What is a Macro-Unit?

A Macro-Unit is a single large dwelling unit with many private bedrooms, each with their own private bathroom, and a common shared kitchen and living area. The Macro-Unit concept was developed as an alternative living opportunity to the increasingly popular Micro-Unit. Geared toward today’s urban dwellers, the Macro-Unit combines the lower rent inherent to smaller square footages with the increased social opportunities of living amongst others in an urban setting.

An eclectic atmosphere, access to public transit, and a variety of social opportunities appeal to many of today’s young professionals, leading them to desire both living and working in an urban setting. The tech industry and other corporate headquarters have responded to this trend by shifting the focus of their growth from suburban office parks to urban locations with the hopes of enticing the best of today’s talent pool.

Millennials have been defined as those born between 1980 and 2000, making them the generation that is currently finishing college and entering the workforce as independent adults. This generation makes up roughly one-third of the total U.S. population. The current housing trends show the Millennial generation is more likely to choose to live in urban areas than previous generations. As we continue to watch the millennial generation move in droves to urban centers, we see an increased need for a variety of housing solutions designed to meet their diverse needs.

The lack of residential supply and high cost of living in urban areas make the desire to live in city centers unattainable for many adults. Those who find the necessary sacrifices worth the gain may end up living in unsafe areas or substandard conditions. Others may choose to pay unsustainably high rents to live their desired lifestyle but then sacrifice potential savings or opportunities to lower personal debt.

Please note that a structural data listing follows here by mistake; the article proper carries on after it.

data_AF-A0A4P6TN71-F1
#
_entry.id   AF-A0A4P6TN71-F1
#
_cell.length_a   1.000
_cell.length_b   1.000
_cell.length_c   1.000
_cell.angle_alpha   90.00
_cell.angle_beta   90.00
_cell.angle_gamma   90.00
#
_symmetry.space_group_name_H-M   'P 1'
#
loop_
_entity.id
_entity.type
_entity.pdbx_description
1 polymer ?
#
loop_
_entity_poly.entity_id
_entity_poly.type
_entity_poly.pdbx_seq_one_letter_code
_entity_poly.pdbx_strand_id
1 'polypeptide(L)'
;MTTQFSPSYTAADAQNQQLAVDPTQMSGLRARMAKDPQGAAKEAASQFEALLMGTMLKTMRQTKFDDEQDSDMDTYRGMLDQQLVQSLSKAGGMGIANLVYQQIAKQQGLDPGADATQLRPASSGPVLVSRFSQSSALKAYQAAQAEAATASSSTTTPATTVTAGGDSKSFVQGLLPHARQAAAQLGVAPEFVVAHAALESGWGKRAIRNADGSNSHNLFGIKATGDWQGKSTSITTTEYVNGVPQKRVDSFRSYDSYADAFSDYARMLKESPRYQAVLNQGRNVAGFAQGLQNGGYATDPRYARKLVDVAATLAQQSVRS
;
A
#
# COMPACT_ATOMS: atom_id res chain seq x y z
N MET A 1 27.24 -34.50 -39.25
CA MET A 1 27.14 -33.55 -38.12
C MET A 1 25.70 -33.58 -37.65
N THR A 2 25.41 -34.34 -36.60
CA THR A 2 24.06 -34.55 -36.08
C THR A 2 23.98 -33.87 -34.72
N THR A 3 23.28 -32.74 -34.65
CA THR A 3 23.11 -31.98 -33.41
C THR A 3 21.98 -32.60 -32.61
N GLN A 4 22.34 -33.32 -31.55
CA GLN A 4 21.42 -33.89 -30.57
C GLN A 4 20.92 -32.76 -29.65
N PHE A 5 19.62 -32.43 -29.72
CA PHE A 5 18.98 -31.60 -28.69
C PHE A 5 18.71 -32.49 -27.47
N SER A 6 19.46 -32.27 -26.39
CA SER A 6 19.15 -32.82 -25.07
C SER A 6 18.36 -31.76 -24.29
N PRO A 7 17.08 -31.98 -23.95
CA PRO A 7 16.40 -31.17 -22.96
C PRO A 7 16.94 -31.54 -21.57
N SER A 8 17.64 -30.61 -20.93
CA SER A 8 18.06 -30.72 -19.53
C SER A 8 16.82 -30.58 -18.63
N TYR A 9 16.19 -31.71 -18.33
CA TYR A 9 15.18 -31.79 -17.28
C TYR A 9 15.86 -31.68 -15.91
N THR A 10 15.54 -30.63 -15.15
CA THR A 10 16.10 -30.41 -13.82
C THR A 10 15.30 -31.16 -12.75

Many developers have approached the issue of affordability by decreasing the size of the apartments they develop. We have seen the average size of a studio apartment decrease 18% in the last 10 years. In 2006, the average size of a studio apartment was 614 square feet, and in 2016, the average studio apartment was 504 square feet. In certain areas, where jurisdictions and markets are accepting of unconventional solutions, micro-units with even smaller square footages are on the rise.

The Macro-Unit proposes an opportunity for a social living experience, while minimizing the rent cost for each resident by keeping the square footage per person low. By combining the rented square footage area of eleven residents into one large unit, each renter is provided their own small, private bedroom and bathroom, as well as full access to a large, shared kitchen and living area.

The Macro-Unit plan is designed as a quadrant and is intended to share exit stairs and elevators with adjacent units. Internalized corridors make the efficiency of the building area high.

Furthermore, the concept is flexible to adapt to a variety of site sizes and locations. The Macro-Unit could also be incorporated into a building with more traditional units as one of many unit plan options. Amenities and management considerations may also vary depending on the specific market and target demographic.